Oh! Canada

Sometimes at night I can hear the ice crack
It sounds like thunder and it rips through my back*

For those following along, I reminisced about home made ice rinks and ended with this paragraph in my January post: “A good rink and a vigorous skate always makes for a promising start to another year. I have more opportunities this time round to make this one better than the previous year.” https://wordpress.com/post/henrydecock.org/720

This weekend, I finally got my good rink and a vigorous skate. The entire lake became my ice playground and I lived my dream skating experience.

Olga and I did not stay long enough at the cottage for my first attempt at a rink to have frozen completely solid. I skated in a small circle for five minutes before abandoning the trial. On our return in February, a deep snow blanketed the entire lake, warming the ice below. My futile shoveling resulted in a colossal mushy mess. The ice eventually froze into unrepairable craters. Running water from the cottage with a hose proved fruitless and we left disappointed. I needed a better way to flood and prepare the surface.

We returned last week to yet more evidence of precipitation. Days of fluctuating temperatures meant the snow was hard enough to walk on but not a clear patch was in sight. I spent several hours spread over two days scraping off the snow glued to the frozen surface of my original rink. Then the big melt. Two days of sunny plus 12 degrees shrunk the snow, revealing portions of rock and land unseen for several months. A brief thunderstorm added more water as the lake became a huge puddle. Knee deep snow reduced to ankle deep water. Just as quickly, the winds ushered in colder weather, dropping the temperature to below freezing overnight; then a brief bounce back before plummeting to minus 12 by Friday evening. Nature was doing the work for me, expanding my postage stamp rink into a massive outdoor arena.

We woke up Saturday morning to the frozen, golden pond crying out – get your skates! get your hockey stick! come and enjoy!

Exhilarated with the prospect, I gathered my skates warming over the floor heat register, donned the quintessential red plaid coat, grabbed the Paul Coffey hockey stick and rushed down the rocky stairs to the shore side bench. Yank and stretch then wrap and tie those laces tightly, a toss of the puck landing with a thud and sent skittering across massive ice cube, then that first step pushing off the back leg and I am gliding out into the expanse of our bay. What a beautiful feeling.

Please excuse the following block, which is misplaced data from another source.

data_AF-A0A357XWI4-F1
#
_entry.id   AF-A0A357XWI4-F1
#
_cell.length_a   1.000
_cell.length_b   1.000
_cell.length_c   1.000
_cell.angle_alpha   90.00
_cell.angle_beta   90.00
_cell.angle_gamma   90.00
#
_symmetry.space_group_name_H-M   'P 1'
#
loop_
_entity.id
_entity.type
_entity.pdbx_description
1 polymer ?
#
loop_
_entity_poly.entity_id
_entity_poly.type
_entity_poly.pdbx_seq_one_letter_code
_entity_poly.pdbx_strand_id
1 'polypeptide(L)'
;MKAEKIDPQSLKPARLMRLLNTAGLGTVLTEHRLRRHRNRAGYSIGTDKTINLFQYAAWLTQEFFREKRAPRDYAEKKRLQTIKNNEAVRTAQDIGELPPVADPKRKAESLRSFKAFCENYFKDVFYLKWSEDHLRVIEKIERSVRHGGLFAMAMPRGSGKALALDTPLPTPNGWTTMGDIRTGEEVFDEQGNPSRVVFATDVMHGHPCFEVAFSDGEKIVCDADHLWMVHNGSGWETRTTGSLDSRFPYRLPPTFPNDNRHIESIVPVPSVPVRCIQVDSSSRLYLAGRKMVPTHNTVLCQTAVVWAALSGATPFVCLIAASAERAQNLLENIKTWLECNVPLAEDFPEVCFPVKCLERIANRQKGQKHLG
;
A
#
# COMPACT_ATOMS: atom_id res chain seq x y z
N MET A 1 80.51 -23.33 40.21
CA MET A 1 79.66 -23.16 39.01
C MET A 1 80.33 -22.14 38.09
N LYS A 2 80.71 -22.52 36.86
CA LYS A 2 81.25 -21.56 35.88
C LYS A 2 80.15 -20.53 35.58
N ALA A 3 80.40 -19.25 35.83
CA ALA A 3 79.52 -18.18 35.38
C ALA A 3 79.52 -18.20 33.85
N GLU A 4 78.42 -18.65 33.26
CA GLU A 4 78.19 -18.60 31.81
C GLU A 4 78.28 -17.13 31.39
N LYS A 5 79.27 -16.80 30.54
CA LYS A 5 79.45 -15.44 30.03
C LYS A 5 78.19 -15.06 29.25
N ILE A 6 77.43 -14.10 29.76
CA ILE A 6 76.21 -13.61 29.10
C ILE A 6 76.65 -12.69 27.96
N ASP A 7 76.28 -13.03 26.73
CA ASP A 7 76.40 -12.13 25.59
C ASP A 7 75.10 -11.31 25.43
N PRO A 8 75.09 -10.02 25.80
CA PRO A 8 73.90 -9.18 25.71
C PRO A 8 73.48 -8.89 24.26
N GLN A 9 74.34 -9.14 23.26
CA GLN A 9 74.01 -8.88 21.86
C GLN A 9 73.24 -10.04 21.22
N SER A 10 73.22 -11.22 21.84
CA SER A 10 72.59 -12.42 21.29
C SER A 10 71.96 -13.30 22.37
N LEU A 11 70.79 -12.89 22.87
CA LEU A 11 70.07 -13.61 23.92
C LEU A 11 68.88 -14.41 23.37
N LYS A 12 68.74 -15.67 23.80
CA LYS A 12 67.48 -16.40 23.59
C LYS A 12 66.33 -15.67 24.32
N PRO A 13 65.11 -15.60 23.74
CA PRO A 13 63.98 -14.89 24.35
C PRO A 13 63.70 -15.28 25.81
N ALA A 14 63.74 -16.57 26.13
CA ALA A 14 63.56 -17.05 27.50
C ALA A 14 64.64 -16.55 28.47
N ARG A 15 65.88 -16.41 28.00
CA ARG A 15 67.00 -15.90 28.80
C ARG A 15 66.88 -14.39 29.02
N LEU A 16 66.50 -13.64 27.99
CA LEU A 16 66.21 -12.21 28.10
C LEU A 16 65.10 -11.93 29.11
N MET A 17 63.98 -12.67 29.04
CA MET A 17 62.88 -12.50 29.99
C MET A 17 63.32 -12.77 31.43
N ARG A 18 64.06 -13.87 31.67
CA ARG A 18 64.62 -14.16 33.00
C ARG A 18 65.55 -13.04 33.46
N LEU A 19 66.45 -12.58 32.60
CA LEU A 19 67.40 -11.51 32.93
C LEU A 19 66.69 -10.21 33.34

I chased the puck, each leg thrust propelling me further into the expanse, quicker than my row boat or canoe, heading for the opposite shore. The lake ice was outdoor smooth around the perimeter divided by an untenable scarred track through the middle from the snowmobile path not completely eradicated by the sun or the rain. With no one to stick handle around, I shot the puck further along until I arrived at the four ice fishers near the island. A hearty hello and a welcome chat, Steve informed me the ice was almost two feet thick. I reversed course and continued my tour past empty cottages, watched by the surrounding trees. Swish, swish, cold air against my face, push the puck along, circle back, accelerate and glide. What a wonderful feeling; sun shining, skating in the open air. No boundaries, no time limits, no worries. The only thing missing were others to play hockey.

Olga was excited for me and wanted to share in the joy by very gingerly meandering onto the ice, occasionally drifting with the wind, cautiously moving around the buried docks, laughing and smiling. She had not been on skates in 28 years and bravely took advantage of the irresistible moment.

Last night I went for an early evening skate in the remaining hour of daylight saving time. Alone, amidst the muffled quiet of a winter evening, I could hear the ice groan and crack. Tom Cochrane’s song popped into my head. I hummed the tune to myself, fortunate to be able to enjoy nature’s work.

I felt oh, so Canadian, oh so grateful.

You never can tell what might come down
You never can tell when you might check out
You just don’t know, no, you never can tell
So do right to others like you do to yourself

*Big League – Tom Cochrane

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